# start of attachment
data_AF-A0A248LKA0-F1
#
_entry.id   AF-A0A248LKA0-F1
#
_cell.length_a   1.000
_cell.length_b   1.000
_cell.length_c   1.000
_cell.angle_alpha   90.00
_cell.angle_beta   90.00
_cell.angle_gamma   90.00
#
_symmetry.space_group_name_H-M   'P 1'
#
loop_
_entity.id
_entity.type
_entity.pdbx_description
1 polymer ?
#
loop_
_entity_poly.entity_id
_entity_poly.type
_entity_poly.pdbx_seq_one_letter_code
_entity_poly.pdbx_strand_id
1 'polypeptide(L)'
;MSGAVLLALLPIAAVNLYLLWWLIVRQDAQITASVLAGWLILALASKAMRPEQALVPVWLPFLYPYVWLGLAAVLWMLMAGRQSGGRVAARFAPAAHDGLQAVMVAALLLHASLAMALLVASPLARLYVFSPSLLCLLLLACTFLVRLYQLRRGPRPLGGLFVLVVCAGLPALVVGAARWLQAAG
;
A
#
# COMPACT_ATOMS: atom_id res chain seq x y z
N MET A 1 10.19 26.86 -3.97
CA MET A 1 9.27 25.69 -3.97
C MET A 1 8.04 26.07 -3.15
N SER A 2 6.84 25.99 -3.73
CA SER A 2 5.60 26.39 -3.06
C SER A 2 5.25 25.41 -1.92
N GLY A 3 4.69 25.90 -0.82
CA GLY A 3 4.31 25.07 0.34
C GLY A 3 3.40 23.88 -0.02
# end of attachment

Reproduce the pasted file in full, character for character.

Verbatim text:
data_AF-A0A248LKA0-F1
#
_entry.id   AF-A0A248LKA0-F1
#
_cell.length_a   1.000
_cell.length_b   1.000
_cell.length_c   1.000
_cell.angle_alpha   90.00
_cell.angle_beta   90.00
_cell.angle_gamma   90.00
#
_symmetry.space_group_name_H-M   'P 1'
#
loop_
_entity.id
_entity.type
_entity.pdbx_description
1 polymer ?
#
loop_
_entity_poly.entity_id
_entity_poly.type
_entity_poly.pdbx_seq_one_letter_code
_entity_poly.pdbx_strand_id
1 'polypeptide(L)'
;MSGAVLLALLPIAAVNLYLLWWLIVRQDAQITASVLAGWLILALASKAMRPEQALVPVWLPFLYPYVWLGLAAVLWMLMAGRQSGGRVAARFAPAAHDGLQAVMVAALLLHASLAMALLVASPLARLYVFSPSLLCLLLLACTFLVRLYQLRRGPRPLGGLFVLVVCAGLPALVVGAARWLQAAG
;
A
#
# COMPACT_ATOMS: atom_id res chain seq x y z
N MET A 1 10.19 26.86 -3.97
CA MET A 1 9.27 25.69 -3.97
C MET A 1 8.04 26.07 -3.15
N SER A 2 6.84 25.99 -3.73
CA SER A 2 5.60 26.39 -3.06
C SER A 2 5.25 25.41 -1.92
N GLY A 3 4.69 25.90 -0.82
CA GLY A 3 4.31 25.07 0.34
C GLY A 3 3.40 23.88 -0.02